Everything’s OK?

Hannah presents Samuel to Eli.

I have sometimes been called on to do the last sermon of the year, which is what the Video below shows: a sermon I delivered on the last Sunday of 2021, which might go down as one of the strangest years in our history.  It began with the Capitol Riot on January 6th and concluded with one of the largest surges ever in our Covid Pandemic, just as we thought it might actually be coming to an end.  Think again.  It wasn’t done with us, nor were we done with the Capitol Riot, which may hang on as long as the pandemic itself.

Before the sermon I sing! So a big thank you to my co-conspirators: Wayne Fetters (guitar) and Leonard Jones (bass).  It’s John Prine’s “Everything Is Cool.”  This sermon, then, follows up on a previous post: “Everything is Cool, Everything’s OK.” There I reflect on a sad anniversary: this Christmas was the 15th we experienced without my youngest son Bryan Emmanuel, who died on December 9, 2006, just days after his 21st birthday.  I tell more about this below.

Even in the midst of this tragedy I felt God’s grace, not only as I stayed with his body in the hospital, but in the days and years following, especially when his oldest brother Rick and wife Desiree established first Bryan House, then Emmanuel House, which in 2018 merged with the Joseph Corporation to become The Neighbor Project.  These started as living memorials to Bryan and have touched thousands of lives. Readers of this site now a lot about these organizations and what they do.  If you don’t know, there are links everywhere on this site, like “Emmanuel House in Top 100”—an article celebrating Emmanuel House being named one of the Top 100 Most Innovative social change organizations in the world.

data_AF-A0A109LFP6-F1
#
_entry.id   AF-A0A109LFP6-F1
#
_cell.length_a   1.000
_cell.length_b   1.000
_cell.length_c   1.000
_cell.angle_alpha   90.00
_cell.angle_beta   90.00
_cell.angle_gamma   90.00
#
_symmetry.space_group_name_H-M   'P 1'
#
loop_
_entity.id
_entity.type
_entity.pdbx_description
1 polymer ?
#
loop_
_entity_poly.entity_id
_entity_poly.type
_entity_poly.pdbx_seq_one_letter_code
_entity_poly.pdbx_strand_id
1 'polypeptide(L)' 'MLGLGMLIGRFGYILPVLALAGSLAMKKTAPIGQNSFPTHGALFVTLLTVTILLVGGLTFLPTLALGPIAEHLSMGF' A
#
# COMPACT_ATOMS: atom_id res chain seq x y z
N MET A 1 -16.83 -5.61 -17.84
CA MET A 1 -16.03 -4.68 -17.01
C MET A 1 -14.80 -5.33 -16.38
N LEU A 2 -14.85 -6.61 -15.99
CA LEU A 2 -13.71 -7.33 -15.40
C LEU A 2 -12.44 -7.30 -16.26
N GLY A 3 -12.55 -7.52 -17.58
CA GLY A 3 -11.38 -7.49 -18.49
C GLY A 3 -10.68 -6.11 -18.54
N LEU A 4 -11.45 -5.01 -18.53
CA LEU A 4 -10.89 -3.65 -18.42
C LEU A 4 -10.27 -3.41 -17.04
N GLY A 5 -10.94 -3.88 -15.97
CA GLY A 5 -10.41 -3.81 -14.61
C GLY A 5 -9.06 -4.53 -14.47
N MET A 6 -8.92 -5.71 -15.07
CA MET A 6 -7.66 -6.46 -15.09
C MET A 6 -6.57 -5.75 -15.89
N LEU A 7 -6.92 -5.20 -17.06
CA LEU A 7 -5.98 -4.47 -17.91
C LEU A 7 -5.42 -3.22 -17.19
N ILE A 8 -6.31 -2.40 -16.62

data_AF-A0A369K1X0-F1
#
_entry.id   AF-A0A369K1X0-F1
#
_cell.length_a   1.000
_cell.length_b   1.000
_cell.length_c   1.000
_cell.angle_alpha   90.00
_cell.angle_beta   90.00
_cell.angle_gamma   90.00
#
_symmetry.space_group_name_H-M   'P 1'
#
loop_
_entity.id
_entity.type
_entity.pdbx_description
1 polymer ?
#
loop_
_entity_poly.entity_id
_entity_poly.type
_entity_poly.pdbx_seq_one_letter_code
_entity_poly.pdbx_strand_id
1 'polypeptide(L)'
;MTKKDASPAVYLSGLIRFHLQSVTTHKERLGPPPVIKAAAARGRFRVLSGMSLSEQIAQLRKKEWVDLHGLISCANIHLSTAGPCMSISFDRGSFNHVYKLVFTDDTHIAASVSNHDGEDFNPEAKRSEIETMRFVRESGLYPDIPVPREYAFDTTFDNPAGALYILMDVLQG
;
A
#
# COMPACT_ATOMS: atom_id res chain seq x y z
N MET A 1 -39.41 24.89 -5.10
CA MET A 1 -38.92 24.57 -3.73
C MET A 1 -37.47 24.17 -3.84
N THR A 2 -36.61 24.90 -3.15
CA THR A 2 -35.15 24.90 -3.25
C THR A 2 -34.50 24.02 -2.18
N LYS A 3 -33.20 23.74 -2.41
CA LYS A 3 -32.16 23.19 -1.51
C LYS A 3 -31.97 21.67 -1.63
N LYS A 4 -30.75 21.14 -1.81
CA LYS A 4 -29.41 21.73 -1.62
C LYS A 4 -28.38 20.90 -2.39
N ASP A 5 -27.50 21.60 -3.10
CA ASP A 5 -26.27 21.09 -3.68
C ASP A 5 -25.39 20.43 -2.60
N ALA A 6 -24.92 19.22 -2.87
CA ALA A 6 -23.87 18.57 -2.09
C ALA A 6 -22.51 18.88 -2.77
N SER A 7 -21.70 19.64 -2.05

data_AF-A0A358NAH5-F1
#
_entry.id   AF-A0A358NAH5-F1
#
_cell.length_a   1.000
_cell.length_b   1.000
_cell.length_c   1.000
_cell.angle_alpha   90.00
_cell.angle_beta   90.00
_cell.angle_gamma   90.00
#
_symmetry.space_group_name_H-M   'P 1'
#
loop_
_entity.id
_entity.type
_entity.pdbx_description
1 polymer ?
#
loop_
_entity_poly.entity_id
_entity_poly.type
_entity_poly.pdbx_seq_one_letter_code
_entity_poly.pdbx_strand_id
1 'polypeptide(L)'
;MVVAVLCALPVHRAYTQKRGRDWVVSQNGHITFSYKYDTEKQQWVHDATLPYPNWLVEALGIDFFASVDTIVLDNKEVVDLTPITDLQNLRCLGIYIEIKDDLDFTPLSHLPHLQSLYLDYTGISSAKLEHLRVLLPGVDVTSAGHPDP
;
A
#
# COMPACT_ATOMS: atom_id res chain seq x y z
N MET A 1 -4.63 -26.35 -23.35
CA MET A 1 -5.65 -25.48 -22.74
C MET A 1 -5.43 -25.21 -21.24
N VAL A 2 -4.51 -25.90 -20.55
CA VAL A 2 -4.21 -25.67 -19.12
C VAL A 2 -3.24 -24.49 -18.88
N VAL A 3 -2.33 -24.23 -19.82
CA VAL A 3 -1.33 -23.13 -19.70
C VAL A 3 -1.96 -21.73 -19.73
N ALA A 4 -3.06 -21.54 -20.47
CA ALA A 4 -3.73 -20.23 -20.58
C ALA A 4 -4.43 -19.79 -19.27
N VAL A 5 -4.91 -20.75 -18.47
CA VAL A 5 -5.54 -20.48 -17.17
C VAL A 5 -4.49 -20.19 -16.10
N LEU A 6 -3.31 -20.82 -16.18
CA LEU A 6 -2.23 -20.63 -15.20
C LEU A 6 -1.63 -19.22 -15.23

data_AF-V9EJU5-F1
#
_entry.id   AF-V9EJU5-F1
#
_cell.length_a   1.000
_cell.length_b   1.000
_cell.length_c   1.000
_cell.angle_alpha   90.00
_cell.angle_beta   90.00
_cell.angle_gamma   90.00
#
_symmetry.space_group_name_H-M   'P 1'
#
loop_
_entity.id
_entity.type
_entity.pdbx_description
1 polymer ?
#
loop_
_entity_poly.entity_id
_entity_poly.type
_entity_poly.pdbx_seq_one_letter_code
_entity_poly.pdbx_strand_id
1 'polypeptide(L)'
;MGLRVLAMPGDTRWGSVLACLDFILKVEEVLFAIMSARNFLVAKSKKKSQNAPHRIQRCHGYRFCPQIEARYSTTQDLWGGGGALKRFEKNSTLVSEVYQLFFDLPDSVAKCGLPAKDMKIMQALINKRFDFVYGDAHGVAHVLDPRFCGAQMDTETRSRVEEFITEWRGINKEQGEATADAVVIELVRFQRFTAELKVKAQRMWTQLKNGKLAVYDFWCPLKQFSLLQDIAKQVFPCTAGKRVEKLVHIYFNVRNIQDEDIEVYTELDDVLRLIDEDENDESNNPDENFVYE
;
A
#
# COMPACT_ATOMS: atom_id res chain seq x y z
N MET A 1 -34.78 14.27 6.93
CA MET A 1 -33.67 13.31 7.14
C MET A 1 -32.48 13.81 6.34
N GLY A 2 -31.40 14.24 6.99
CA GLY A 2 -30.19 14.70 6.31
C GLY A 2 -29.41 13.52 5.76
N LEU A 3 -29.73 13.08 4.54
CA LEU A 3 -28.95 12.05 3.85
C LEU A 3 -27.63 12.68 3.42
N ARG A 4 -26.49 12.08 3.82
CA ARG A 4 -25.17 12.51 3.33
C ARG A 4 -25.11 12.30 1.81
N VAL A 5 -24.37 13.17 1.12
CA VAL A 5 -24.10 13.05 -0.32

I know, and I acknowledge, that not everyone gets this much grace in the midst of tragedy, and I share a story about someone who read C.S. Lewis’ book trying to explain suffering (The Problem of Pain) and wasn’t convinced, not by a long shot.

The scripture comes from the First Samuel, focusing on the story of Hannah giving her first-born, Samuel, to God’s service.  Think of the heartbreak of giving up your child just after he is weaned.  But God “repays” Hannah, and the phrase I come back to again and again is, “And God was gracious to Hannah.”

No matter what happens, can we believe that God wants to be gracious to us?  In many churches we affirm every Sunday that “God is good.  All the time, Good is good.” How truly do we believe this? This was the major question at the center of the movie (and book) The Shack, which was one of Netflix’s #1 Movies in the Country in 2021.  I turn to it as I explore the possibilities of us recognizing grace even in the midst of heartbreak.  Would I be able to recognize God’s grace if yet another tragedy hit my family, for Bryan’s wasn’t the last?  Could I still believe in a grace, and goodness, that always, always abides?  I hope so, but often with fear and trembling.  The sermon presents both a hope, and a question about that hope, to end a strange year with and take into the new.

Go HERE for a complete list of sermons, like “Pentecost Means No ‘Supremacies,'” “Sacred Doing,” and “Theology and Race.”

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